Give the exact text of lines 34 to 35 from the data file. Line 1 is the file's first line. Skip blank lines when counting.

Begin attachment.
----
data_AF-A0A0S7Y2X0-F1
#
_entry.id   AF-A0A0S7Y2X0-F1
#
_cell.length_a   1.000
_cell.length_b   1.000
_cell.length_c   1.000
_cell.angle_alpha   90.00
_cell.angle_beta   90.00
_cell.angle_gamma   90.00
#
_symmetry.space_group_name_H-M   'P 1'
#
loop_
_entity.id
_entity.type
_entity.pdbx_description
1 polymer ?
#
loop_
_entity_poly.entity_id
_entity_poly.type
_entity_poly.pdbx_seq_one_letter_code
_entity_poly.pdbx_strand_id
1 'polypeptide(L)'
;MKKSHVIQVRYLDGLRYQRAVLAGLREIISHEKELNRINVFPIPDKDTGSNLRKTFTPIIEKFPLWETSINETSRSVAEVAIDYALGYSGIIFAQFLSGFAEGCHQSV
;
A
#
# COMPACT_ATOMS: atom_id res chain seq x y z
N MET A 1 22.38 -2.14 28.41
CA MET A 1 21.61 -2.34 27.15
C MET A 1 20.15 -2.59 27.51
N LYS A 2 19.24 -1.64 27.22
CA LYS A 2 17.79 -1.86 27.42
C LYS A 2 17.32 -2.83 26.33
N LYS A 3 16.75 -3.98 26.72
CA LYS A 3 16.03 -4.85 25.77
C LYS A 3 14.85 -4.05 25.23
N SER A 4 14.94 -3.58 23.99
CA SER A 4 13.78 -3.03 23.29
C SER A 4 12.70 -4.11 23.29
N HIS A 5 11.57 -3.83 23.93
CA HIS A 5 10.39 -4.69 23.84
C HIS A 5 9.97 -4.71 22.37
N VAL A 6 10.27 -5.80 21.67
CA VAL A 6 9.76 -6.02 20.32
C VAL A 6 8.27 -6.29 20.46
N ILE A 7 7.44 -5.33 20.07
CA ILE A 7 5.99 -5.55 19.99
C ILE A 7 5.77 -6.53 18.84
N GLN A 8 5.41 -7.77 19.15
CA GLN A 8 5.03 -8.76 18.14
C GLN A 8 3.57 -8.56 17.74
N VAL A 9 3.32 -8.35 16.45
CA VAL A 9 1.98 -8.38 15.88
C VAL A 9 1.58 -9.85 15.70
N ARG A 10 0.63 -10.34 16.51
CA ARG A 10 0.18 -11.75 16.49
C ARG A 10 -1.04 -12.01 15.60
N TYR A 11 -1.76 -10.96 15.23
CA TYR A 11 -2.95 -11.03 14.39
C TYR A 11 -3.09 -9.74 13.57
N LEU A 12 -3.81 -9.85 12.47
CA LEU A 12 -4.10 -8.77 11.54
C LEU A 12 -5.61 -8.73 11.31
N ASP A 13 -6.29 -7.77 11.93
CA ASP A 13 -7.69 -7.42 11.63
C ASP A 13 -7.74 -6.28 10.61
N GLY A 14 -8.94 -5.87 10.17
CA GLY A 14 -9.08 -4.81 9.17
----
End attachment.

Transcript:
N LYS A 2 19.24 -1.64 27.22
CA LYS A 2 17.79 -1.86 27.42